Typically, this approach is applied to housing markets, but it can also be applied to commercial markets. The model follows the idea of no-arbitrage. If one kind of tenure is economically more attractive than another, households or corporates will shift demand, so that both tenures – buying and renting – should equalise over time. Thus, major differences between buying and renting indicate a possible over- or undervaluation of properties. In this contribution, user costs for offices have been calculated for 18 European capitals.
The results indicate that in most European office markets, further price appreciations are likely. In Paris, Helsinki, Prague, Berlin, Stockholm, Amsterdam, Oslo and Luxembourg in particular, huge gaps between prime rents and user costs indicate further price increases, whereas in Madrid, Lisbon, Rome, London and Budapest further price decreases seem plausible. However, these likely price decreases do not follow the typical pattern of a correction of a speculative bubble, but are more or less the result of falling prime rents that have not been fully captured in prices, yet.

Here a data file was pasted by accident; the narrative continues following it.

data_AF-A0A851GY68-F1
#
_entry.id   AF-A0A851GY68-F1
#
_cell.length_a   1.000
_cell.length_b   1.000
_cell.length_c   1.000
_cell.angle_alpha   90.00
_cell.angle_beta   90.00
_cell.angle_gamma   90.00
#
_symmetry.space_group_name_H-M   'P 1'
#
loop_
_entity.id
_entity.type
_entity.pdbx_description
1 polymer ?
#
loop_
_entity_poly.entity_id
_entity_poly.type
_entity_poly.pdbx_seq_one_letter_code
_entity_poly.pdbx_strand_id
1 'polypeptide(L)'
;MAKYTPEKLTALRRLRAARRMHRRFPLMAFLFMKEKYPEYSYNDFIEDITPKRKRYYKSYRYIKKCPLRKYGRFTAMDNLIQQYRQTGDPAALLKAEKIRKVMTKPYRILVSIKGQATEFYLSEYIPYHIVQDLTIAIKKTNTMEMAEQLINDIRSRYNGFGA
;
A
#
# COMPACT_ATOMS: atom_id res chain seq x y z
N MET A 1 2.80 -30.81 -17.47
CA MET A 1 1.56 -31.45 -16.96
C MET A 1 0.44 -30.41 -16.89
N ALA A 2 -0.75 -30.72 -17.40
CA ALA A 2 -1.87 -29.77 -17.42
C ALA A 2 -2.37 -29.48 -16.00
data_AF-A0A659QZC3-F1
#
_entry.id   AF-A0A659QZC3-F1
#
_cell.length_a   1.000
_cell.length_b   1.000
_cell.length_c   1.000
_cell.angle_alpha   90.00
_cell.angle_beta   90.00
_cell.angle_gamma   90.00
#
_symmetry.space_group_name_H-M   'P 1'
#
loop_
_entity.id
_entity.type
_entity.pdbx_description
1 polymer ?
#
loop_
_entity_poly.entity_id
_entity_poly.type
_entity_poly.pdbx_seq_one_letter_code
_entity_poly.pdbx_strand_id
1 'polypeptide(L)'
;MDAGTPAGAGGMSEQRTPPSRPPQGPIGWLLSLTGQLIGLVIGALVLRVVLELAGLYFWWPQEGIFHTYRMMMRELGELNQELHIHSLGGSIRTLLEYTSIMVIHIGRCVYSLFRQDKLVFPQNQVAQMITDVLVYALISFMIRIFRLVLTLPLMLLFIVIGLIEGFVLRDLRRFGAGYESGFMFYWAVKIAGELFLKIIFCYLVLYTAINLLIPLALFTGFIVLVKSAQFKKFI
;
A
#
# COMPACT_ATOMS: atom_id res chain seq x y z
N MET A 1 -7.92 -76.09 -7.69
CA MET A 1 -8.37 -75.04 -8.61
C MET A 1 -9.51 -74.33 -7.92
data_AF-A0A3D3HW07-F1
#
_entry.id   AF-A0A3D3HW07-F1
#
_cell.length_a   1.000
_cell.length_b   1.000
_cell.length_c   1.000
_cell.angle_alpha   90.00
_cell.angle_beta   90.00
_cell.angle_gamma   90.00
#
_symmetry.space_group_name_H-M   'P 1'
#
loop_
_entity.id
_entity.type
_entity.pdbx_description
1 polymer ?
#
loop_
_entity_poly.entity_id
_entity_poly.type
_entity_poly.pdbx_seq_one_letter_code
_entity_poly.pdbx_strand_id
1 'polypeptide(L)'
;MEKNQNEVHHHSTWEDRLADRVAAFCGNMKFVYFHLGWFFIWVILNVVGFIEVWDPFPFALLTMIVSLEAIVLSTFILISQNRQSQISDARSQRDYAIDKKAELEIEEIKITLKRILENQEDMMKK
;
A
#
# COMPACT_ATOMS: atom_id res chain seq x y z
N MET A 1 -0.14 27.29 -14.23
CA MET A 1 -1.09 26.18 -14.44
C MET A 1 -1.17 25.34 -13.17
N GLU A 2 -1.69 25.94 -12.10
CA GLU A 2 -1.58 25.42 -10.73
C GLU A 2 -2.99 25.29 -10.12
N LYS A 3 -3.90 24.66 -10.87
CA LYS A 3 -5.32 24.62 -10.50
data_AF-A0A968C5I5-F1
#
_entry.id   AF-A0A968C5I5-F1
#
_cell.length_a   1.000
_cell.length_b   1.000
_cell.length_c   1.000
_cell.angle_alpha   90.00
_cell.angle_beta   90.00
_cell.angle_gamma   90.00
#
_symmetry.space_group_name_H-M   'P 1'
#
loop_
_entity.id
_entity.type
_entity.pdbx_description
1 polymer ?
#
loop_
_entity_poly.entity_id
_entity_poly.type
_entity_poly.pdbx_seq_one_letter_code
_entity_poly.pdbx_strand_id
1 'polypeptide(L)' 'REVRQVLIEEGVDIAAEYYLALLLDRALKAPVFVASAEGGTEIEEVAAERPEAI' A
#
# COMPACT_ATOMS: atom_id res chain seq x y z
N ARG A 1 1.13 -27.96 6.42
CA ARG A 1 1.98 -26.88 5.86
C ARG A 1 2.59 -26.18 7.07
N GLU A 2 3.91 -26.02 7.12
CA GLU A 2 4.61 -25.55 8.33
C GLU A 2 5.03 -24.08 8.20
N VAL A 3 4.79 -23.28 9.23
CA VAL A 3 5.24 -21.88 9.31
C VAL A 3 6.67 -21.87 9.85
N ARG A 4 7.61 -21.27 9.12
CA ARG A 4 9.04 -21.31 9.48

The user cost approach has some predictive power, but can only provide an initial pointer towards under- or overvaluations. For instance, structural breaks such as Brexit can change long-term expectations, which cannot be captured properly in a model. However, the approach appears valuable in providing a first assessment. In future, the German Economic Institute will do further research on this topic in order to strengthen its understanding of commercial property markets.